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Why you might be drinking tap water, boiling your spuds and even brushing your teeth wrong… according to barely-known Government advice


You might be drinking tap water all wrong.

Not only that, you might be boiling your spuds and brushing your teeth incorrectly, too. 

Little-known Government advice urges us to alter our tap water habits to reduce the risks of exposure to substance that could harm our health. 

These include never using cooking water from the hot tap, even if it’s just to fill your boiling pan.

Here, MailOnline shares the guidance you probably had no idea about from Drinking Water Inspectorate (DWI)…

Government advice says Brits should avoid drinking or using water from the hot tap for cooking (stock image)

Government advice says Brits should avoid drinking or using water from the hot tap for cooking (stock image)

Never drink from the hot tap or use it for cooking

Compared to boiling the kettle, using water straight from the hot tap for cooking or making a brew may seem like an easy time-saving hack.

But the DWI warns people should only ever use the cold water tap from their kitchen for both drinking and cooking.

This is because water from the hot tap carries a greater risk of being contaminated with metals like copper and lead, both of which can have immediate and long-term health effects.

Although most houses no longer have lead pipes, the DWI still recommends against consuming water from the hot tap as the water can contain elevated levels of other metals. 

Even using such water for cooking, like filling a pot to boil potatoes quicker, is not recommended because boiling will not remove any potential metal traces. 

The DWI state: ‘Remember that you should only be using cold water from the kitchen for drinking and cooking. 

‘Water from the hot tap is not recommended for drinking as it can contain elevated levels of metals, such as copper, which makes the water taste astringent.’ 

Live in an older house? Let the tap run until it turns cold before taking a drink 

Exposure to lead in household water can harm the mental development of children, as well as cause kidney and heart problems in adults.

Such is the concern that the use of the heavy metal in household piping has been banned since the 1970s.

But the DWI warns some houses in Britain might still contain the metal and people should be aware of the potential risk. 

Even modern homes aren’t necessarily safe as unqualified plumbers or DIY home renovators may have used lead solder, the material used to connect two metal pipes, in the past.

The DWI says the easiest way people can check if they have lead pipes in their home is to find the stop tap.

If the pipe is a dull grey with a swollen joint next to the tap and the metal turns a shiny silver when gently scraped with a coin, it, and potentially others in the home, are likely to be made of lead.

Once lead is found, the DWI advises people to run the tap they use for drinking and cooking before using it to clear it of liquid that has been sitting in the pipe for an extended period and has a higher lead content as a result. 

The DWI says this is usually enough water to fill a washing up bowl or until there is noticeable drop in the water temperature indicating it is ‘fresh’ from the mains.

However, it emphasises that this is only a temporary measure and lead piping or soldering should be replaced as soon as possible.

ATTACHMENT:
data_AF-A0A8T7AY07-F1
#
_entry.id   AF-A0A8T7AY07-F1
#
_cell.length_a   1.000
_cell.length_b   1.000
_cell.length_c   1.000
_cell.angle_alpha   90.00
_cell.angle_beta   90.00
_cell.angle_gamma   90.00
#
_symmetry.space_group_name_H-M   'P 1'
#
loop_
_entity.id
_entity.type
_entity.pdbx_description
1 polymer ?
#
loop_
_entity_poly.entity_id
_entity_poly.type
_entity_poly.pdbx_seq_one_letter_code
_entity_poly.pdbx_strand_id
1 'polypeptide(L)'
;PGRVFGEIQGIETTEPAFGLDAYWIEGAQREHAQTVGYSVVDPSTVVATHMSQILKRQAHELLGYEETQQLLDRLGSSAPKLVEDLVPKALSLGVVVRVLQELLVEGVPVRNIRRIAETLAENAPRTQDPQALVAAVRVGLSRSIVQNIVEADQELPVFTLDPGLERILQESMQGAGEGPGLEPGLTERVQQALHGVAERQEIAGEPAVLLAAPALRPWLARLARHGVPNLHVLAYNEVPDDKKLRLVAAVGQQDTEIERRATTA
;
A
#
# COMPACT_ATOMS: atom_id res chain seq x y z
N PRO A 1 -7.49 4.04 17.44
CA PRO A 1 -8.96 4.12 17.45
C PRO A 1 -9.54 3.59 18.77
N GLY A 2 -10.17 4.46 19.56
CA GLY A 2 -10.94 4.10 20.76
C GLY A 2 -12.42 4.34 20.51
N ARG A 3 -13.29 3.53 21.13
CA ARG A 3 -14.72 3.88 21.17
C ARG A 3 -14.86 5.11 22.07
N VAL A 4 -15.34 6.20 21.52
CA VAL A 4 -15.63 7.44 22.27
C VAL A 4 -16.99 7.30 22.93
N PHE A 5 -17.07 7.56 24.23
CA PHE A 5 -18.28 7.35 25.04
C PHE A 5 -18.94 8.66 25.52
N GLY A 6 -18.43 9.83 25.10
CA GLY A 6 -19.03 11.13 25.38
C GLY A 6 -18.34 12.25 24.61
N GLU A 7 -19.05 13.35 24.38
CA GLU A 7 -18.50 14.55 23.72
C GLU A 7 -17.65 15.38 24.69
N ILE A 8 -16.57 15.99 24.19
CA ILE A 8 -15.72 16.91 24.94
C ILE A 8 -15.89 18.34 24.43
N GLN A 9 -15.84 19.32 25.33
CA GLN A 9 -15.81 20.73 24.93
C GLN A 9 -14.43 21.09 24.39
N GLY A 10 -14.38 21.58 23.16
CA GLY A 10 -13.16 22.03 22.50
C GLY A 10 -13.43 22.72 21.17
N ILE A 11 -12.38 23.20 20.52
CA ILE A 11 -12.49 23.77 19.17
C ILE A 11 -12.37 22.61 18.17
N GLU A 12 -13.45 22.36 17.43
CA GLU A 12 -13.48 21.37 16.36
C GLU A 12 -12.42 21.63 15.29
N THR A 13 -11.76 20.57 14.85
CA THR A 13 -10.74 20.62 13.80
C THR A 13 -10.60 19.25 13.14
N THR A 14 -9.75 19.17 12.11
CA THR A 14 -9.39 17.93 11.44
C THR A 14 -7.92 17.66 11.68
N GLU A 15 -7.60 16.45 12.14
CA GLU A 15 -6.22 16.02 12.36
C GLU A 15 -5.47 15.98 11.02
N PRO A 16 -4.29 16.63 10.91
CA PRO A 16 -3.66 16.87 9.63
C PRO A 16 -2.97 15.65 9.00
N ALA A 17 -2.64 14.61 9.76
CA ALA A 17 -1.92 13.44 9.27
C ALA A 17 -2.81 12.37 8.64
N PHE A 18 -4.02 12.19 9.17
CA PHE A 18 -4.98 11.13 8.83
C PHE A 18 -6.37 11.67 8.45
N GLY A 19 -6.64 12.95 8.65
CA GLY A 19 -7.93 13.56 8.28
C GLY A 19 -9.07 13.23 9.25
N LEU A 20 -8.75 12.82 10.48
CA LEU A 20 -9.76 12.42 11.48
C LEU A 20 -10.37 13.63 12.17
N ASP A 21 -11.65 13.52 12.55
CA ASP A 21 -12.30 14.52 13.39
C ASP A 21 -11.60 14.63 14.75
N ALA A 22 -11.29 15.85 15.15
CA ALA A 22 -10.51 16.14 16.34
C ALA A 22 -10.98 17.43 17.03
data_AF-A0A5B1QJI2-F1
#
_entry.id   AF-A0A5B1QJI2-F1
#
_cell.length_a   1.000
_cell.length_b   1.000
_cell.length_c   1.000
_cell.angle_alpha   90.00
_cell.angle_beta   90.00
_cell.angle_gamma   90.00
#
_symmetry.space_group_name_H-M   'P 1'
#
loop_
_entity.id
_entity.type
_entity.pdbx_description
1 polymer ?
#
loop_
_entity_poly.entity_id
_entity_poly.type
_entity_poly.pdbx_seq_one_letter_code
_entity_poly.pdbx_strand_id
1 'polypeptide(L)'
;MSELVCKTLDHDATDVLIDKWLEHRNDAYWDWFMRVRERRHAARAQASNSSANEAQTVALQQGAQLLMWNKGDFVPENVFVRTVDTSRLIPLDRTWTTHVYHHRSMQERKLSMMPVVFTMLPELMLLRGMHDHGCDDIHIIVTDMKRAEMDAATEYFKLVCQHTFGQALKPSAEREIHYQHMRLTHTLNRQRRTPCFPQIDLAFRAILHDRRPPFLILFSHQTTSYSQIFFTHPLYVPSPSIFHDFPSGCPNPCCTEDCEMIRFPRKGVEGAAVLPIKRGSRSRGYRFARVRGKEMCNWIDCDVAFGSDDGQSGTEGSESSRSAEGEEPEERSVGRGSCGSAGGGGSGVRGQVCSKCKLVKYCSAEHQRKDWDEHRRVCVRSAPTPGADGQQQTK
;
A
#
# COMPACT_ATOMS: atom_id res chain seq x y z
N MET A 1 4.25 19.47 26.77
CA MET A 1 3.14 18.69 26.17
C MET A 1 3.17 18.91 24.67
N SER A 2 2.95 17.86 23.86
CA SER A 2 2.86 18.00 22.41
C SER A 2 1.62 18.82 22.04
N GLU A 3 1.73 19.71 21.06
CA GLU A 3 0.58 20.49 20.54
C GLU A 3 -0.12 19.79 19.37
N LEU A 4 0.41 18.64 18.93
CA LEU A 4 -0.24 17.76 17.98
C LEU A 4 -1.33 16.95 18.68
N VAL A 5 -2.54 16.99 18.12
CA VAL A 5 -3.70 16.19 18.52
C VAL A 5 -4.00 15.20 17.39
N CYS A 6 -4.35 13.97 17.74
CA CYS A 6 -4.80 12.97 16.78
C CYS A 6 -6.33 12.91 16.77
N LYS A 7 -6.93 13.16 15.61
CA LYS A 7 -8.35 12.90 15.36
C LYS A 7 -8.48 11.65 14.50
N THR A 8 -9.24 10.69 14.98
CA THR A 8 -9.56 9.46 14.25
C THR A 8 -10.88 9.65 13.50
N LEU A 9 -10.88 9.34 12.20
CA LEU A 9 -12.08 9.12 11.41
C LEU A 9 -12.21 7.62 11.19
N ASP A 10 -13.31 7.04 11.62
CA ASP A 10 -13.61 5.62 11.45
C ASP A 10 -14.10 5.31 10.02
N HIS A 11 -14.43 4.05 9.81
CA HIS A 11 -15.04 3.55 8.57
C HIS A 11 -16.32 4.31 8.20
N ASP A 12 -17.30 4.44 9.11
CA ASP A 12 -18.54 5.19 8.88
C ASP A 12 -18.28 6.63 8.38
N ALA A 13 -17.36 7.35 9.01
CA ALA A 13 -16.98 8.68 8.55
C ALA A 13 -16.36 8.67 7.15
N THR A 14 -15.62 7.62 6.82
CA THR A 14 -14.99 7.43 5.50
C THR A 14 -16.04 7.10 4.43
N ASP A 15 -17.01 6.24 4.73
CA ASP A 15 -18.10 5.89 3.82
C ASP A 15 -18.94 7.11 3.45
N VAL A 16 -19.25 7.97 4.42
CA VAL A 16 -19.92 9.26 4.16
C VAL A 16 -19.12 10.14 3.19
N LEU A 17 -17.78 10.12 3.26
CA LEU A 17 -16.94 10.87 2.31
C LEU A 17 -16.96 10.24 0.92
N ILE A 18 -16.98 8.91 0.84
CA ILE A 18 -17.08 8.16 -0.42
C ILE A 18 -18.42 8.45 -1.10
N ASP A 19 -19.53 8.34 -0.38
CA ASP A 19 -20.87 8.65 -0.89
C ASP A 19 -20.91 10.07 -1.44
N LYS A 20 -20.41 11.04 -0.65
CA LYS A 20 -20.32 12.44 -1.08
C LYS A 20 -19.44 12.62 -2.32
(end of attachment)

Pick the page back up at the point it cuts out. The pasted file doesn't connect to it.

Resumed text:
Even brushing your teeth from the upstairs tap may not be recommended, Government officials advise (stock image)

Even brushing your teeth from the upstairs tap may not be recommended, Government officials advise (stock image)

Avoid drinking and even brushing your teeth with water from the upstairs taps, if you have a storage tank in your roof

Thirsty in the night? 

Be warned, it might not be safe to fill up a glass of water from an upstairs tap.

Under the same logic, it also could be risky to brush your teeth using the bathroom tap.

According to the DWI, many older properties get their upstairs water from storage tanks contained in the roof or the loft.

While modern, updated, versions of these tanks are now considered safe to drink, many older models have problems.

Some are too large, meaning water within can ‘sit’ for too long that it isn’t technically fresh enough to drink.

Other tanks are made of traditional metals that can rust over time, leading to bits of metal in the water — albeit in trace quantities.

Tanks should also follow a number of strict standards such as having filters to prevent vermin from entering and not being located close to a heat source that can cause the water to spoil more rapidly. 

The DWI says the easiest way to check if your upstairs tap is connected to a water storage tank is to run the tap fully and place your thumb underneath the spout.

If you can hold back all of the water this way it is likely being fed from a tank instead of the mains. 

What do the experts say?

Professor Alan Boobis, a toxicology expert at Imperial College London and Government advisor, said he personally doesn’t follow the DWI advice to avoid metals in tap water but insisted it was sound. 

‘Some substances are likely to be higher in the water first drawn from the tap, for example if they leach from the pipes,’ he said. 

‘It would not do any harm to follow this advice, and it could well help reduce levels of some of the substances, albeit they are likely to be below a level of concern regardless.’

Professor James Coulson, a toxicology expert at Cardiff University, said, like many Brits, he was unaware of the Government advice but followed his own precautions. 

‘Personally, I run the tap for around 30 seconds to ensure the “dead space” in the system has been flushed through and I inspect it visually and smell it prior to drinking,’ he said.

‘But that is just my own personal preference.’



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